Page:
2018 SkS Weekly Climate Change & Global Warming Digest #20

2018 SkS Weekly Climate Change & Global Warming Digest #20

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Story of the Week… El Niño/La Niña Update… Toon of the Week… Quote of the Week… Coming Soon on SkS… Poster of the Week… Climate Feedback Reviews… SkS Week in Review… 97 Hours of Consensus…

Story of the Week…

Water shortages to be key environmental challenge of the century, Nasa warns

Freshwater supplies have already seriously declined in 19 global hotspots – from China to the Caspian Sea – due to overuse, groundbreaking study shows

Threewaterskloff Dam Reservoir SA

The Theewaterskloof Dam, a key source of water supply to Cape Town, South Africa ahead of the current water crisis. Photograph: Halden Krog/AP

Water shortages are likely to be the key environmental challenge of this century, scientists from Nasa have warned, as new data has revealed a drying-out of swaths of the globe between the tropics and the high latitudes, with 19 hotspots where water depletion has been dramatic.

Areas in northern and eastern India, the Middle East, California and Australia are among the hotspots where overuse of water resources has caused a serious decline in the availability of freshwater that is already causing problems. Without strong action by governments to preserve water the situation in these areas is likely to worsen.

Some of these hotspots were previously undocumented or poorly understood: a region in north-western China, in Xinjiang province, has suffered dramatic declines despite receiving normal amounts of rainfall, owing to groundwater depletion from industry and irrigation.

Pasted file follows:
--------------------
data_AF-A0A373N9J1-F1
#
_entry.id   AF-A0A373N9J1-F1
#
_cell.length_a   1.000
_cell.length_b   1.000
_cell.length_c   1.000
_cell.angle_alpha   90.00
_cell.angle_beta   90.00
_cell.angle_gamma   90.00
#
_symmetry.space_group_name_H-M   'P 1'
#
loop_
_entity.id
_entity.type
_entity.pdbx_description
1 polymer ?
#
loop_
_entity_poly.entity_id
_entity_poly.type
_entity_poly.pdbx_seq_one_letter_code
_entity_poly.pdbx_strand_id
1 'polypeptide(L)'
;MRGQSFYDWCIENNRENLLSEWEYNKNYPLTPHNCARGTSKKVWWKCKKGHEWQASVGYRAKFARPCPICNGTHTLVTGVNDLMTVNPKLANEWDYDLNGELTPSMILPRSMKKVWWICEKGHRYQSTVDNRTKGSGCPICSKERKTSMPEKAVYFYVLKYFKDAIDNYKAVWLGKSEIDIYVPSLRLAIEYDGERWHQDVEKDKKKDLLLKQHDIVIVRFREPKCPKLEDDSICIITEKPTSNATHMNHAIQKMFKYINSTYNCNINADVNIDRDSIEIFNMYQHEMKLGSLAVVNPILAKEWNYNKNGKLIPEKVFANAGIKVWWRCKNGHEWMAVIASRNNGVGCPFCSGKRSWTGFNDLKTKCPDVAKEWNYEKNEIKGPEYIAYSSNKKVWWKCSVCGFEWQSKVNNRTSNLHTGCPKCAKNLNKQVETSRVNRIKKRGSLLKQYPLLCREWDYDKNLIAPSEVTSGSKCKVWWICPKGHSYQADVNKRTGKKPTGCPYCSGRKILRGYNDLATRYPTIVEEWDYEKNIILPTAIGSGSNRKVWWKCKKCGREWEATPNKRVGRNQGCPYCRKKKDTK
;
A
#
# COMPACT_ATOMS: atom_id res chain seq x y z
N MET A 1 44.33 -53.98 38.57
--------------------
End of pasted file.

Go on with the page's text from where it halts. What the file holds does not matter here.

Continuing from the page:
Water shortages to be key environmental challenge of the century, Nasa warns by Fiona Harvey, Environment, Guardian, May 16, 2018 


El Niño/La Niña Update…

The La Niña event that overtook the tropical Pacific this past winter is officially over, according to the latest update from NOAA’s Climate Prediction Center. La Niña’s signature of heavier-than-usual rainfall in the western part of the basin has tapered off, and the cool surface waters in the central part of the basin are dissipating.

Adios, La Niña by Rebecca Lindsey, NOAA’s Climate.gov, May 11, 2018


Toon of the Week…

2018 Toon 20 


Quote of the Week…

The complexity of climate science may always be at odds with the simplicity that’s key to inspiring action.

Remember the hole in the ozone layer? It was more of a thin spot, but in the 1980s, that dramatic term may have helped spur a global movement to reduce certain pollutants staved off disaster.

It’s too late to prevent anthropogenic climate change, or unnatural climate change, or global warming — call it what you will. But it isn’t too late to slow the warming, and perhaps even reverse it. If only someone could sell the idea.

Inspiring Terms Are Simple. ‘Climate Change’ Isn’t., Opinion by Faye Flam, Bloomberg News, May 11, 2018 


Graphic of the Week…

Changing Global Freshwater Availability from GRACE (2002-2016) 

 


Coming Soon on SkS…

  • Yes, EVs are green and global warming is causing sea level rise (Dana)
  • Climate change is already making droughts worse (Benjamin Cook)
  • Global warming, hurricanes, and rain (John Abraham)